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BMC Palliative Care

, 2:2

First Online: 13 May 2003Received: 14 February 2003Accepted: 13 May 2003


BackgroundThe administration of sedatives in terminally ill patients becomes an increasingly feasible medical option in end-of-life care. However, sedation for intractable distress has raised considerable medical and ethical concerns. In our study we provide a critical analysis of seven years experience with the application of sedation in the final phase of life in our palliative care unit.

MethodsMedical records of 548 patients, who died in the Palliative Care Unit of GK Havelhoehe between 1995–2002, were retrospectively analysed with regard to sedation in the last 48 hrs of life. The parameters of investigation included indication, choice and kind of sedation, prevalence of intolerable symptoms, patients- requests for sedation, state of consciousness and communication abilities during sedation. Critical evaluation included a comparison of the period between 1995–1999 and 2000–2002.

Results14.6% n = 80 of the patients in palliative care had sedation given by the intravenous route in the last 48 hrs of their life according to internal guidelines. The annual frequency to apply sedation increased continuously from 7% in 1995 to 19% in 2002. Main indications shifted from refractory control of physical symptoms dyspnoea, gastrointestinal, pain, bleeding and agitated delirium to more psychological distress panic-stricken fear, severe depression, refractory insomnia and other forms of affective decompensation. Patients- and relatives- requests for sedation in the final phase were significantly more frequent during the period 2000–2002.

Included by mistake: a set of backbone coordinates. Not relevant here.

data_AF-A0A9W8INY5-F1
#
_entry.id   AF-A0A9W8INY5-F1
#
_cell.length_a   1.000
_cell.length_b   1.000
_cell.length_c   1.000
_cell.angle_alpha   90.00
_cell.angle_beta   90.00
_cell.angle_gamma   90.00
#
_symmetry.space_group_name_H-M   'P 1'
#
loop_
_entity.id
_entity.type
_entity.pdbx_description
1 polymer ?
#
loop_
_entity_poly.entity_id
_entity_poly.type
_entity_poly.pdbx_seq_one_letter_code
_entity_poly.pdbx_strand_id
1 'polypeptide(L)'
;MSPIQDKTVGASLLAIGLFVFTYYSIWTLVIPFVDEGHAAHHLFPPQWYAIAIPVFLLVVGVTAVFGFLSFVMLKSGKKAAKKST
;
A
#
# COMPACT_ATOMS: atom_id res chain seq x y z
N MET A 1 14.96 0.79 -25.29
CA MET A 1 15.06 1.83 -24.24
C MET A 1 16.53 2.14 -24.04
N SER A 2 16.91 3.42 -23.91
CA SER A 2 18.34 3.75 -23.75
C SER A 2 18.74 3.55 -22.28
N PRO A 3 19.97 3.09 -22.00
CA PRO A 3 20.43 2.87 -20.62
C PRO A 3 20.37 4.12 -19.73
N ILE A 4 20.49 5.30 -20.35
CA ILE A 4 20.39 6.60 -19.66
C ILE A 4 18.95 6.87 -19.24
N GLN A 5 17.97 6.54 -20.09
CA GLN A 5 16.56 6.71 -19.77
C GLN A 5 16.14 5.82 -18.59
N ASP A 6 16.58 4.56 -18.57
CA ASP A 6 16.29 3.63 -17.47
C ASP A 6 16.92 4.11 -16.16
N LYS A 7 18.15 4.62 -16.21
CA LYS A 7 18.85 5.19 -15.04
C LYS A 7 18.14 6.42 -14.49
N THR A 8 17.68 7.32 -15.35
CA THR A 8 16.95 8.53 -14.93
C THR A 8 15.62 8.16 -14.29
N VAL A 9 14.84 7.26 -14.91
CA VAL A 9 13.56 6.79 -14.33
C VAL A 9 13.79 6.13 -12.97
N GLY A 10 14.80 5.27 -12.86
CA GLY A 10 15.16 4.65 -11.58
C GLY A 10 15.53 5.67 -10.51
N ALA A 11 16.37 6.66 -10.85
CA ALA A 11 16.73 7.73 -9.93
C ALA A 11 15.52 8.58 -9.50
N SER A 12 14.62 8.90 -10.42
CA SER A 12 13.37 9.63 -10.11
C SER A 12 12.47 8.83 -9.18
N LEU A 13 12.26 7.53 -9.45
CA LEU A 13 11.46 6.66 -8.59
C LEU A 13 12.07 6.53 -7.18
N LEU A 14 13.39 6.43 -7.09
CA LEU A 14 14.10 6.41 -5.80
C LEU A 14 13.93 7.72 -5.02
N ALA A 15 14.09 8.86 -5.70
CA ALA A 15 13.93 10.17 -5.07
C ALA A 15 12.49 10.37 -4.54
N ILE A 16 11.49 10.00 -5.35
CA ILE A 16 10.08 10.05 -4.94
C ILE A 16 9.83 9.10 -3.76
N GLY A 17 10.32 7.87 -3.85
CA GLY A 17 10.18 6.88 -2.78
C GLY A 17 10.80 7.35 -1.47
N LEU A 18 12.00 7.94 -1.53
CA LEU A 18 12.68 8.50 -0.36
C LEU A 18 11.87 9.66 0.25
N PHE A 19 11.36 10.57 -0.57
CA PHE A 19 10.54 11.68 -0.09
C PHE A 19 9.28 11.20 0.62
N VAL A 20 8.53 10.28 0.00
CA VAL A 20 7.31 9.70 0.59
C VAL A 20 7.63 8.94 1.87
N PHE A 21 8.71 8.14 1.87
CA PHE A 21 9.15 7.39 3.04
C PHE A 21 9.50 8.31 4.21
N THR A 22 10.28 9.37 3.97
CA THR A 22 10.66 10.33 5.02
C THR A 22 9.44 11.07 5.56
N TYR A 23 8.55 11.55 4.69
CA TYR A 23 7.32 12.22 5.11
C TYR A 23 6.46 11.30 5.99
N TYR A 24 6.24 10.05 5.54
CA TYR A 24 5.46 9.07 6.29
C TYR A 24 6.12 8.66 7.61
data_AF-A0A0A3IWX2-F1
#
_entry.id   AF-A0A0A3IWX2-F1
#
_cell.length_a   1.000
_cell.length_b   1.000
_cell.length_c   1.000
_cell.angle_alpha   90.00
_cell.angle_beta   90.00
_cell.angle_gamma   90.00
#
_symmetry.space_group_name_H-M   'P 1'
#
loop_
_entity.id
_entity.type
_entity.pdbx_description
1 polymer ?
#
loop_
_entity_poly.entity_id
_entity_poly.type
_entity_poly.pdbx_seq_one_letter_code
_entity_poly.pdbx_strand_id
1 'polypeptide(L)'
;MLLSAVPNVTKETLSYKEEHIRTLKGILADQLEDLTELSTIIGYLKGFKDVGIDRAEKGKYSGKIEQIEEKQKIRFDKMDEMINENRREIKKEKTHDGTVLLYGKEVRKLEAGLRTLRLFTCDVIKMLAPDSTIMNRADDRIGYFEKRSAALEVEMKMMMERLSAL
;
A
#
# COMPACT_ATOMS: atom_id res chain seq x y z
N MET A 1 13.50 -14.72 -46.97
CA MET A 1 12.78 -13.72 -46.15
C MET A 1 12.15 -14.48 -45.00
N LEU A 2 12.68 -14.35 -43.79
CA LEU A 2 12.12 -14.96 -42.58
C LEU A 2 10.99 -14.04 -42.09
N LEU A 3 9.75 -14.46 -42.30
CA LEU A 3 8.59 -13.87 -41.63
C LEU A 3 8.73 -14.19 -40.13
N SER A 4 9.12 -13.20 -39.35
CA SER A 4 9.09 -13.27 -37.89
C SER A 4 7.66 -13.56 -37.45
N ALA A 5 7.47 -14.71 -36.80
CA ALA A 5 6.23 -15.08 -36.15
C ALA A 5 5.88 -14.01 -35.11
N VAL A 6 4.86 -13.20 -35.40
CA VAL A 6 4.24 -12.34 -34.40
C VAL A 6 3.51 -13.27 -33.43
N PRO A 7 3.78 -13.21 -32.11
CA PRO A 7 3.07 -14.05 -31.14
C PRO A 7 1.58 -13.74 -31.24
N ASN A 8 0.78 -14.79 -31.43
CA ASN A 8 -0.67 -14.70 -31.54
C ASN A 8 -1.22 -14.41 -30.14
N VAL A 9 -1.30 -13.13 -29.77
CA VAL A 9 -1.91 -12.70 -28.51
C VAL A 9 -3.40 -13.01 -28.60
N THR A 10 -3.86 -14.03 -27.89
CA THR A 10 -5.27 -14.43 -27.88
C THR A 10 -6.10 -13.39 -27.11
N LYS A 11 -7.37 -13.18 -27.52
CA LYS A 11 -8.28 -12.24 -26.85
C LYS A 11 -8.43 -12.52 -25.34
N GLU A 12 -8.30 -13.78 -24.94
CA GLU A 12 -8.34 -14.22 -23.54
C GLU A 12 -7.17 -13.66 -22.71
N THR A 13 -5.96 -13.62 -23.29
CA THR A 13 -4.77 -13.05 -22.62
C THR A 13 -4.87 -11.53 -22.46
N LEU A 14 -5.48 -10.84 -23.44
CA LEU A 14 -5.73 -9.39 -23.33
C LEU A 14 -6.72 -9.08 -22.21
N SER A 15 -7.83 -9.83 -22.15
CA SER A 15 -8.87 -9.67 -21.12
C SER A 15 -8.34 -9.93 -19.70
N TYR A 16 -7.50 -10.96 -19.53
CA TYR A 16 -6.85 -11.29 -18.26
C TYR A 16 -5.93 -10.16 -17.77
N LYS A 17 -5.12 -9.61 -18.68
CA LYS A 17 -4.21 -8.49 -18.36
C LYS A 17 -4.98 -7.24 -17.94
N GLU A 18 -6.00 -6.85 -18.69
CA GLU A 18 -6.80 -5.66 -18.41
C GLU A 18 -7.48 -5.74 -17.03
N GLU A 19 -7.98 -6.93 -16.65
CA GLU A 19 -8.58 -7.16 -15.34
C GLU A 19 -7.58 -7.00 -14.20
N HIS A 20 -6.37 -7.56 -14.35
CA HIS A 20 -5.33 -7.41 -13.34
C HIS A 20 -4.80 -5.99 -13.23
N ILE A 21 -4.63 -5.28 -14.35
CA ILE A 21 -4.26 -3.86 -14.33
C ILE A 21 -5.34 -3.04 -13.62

ConclusionSedation in the terminal or final phase of life plays an increasing role in the management of intractable physical and psychological distress. Ethical concerns are raised by patients- requests and needs on the one hand, and the physicians- self-understanding on the other hand. Hence, ethically acceptable criteria and guidelines for the decision making are needed with special regard to the nature of refractory and intolerable symptoms, patients- informed consent and personal needs, the goals and aims of medical sedation in end-of-life care.

Keywordsterminal sedation palliative care ethics symptom control attitudes advance directives Electronic supplementary materialThe online version of this article doi:10.1186-1472-684X-2-2 contains supplementary material, which is available to authorized users.

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Autor: H Christof Muller-Busch - Inge Andres - Thomas Jehser


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